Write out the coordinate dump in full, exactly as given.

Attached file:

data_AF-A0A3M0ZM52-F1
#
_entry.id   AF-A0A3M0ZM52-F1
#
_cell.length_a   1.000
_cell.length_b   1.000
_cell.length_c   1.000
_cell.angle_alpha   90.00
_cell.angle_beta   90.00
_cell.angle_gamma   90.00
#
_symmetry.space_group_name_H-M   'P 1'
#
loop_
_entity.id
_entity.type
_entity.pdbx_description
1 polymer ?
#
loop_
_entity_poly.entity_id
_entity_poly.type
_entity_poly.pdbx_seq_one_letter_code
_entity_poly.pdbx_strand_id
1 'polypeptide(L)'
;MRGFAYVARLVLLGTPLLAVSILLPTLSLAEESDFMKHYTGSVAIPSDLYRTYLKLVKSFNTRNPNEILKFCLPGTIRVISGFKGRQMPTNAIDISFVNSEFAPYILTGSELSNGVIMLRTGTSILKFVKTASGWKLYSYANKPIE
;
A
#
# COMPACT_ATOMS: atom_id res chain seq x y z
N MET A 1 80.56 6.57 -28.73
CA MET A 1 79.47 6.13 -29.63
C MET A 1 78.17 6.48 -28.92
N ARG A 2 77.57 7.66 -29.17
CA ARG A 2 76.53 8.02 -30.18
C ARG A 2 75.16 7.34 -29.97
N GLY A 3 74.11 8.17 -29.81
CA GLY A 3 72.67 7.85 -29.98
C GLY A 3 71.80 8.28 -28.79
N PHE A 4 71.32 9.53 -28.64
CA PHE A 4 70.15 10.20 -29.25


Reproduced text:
data_AF-A0A3M0ZM52-F1
#
_entry.id   AF-A0A3M0ZM52-F1
#
_cell.length_a   1.000
_cell.length_b   1.000
_cell.length_c   1.000
_cell.angle_alpha   90.00
_cell.angle_beta   90.00
_cell.angle_gamma   90.00
#
_symmetry.space_group_name_H-M   'P 1'
#
loop_
_entity.id
_entity.type
_entity.pdbx_description
1 polymer ?
#
loop_
_entity_poly.entity_id
_entity_poly.type
_entity_poly.pdbx_seq_one_letter_code
_entity_poly.pdbx_strand_id
1 'polypeptide(L)'
;MRGFAYVARLVLLGTPLLAVSILLPTLSLAEESDFMKHYTGSVAIPSDLYRTYLKLVKSFNTRNPNEILKFCLPGTIRVISGFKGRQMPTNAIDISFVNSEFAPYILTGSELSNGVIMLRTGTSILKFVKTASGWKLYSYANKPIE
;
A
#
# COMPACT_ATOMS: atom_id res chain seq x y z
N MET A 1 80.56 6.57 -28.73
CA MET A 1 79.47 6.13 -29.63
C MET A 1 78.17 6.48 -28.92
N ARG A 2 77.57 7.66 -29.17
CA ARG A 2 76.53 8.02 -30.18
C ARG A 2 75.16 7.34 -29.97
N GLY A 3 74.11 8.17 -29.81
CA GLY A 3 72.67 7.85 -29.98
C GLY A 3 71.80 8.28 -28.79
N PHE A 4 71.32 9.53 -28.64
CA PHE A 4 70.15 10.20 -29.25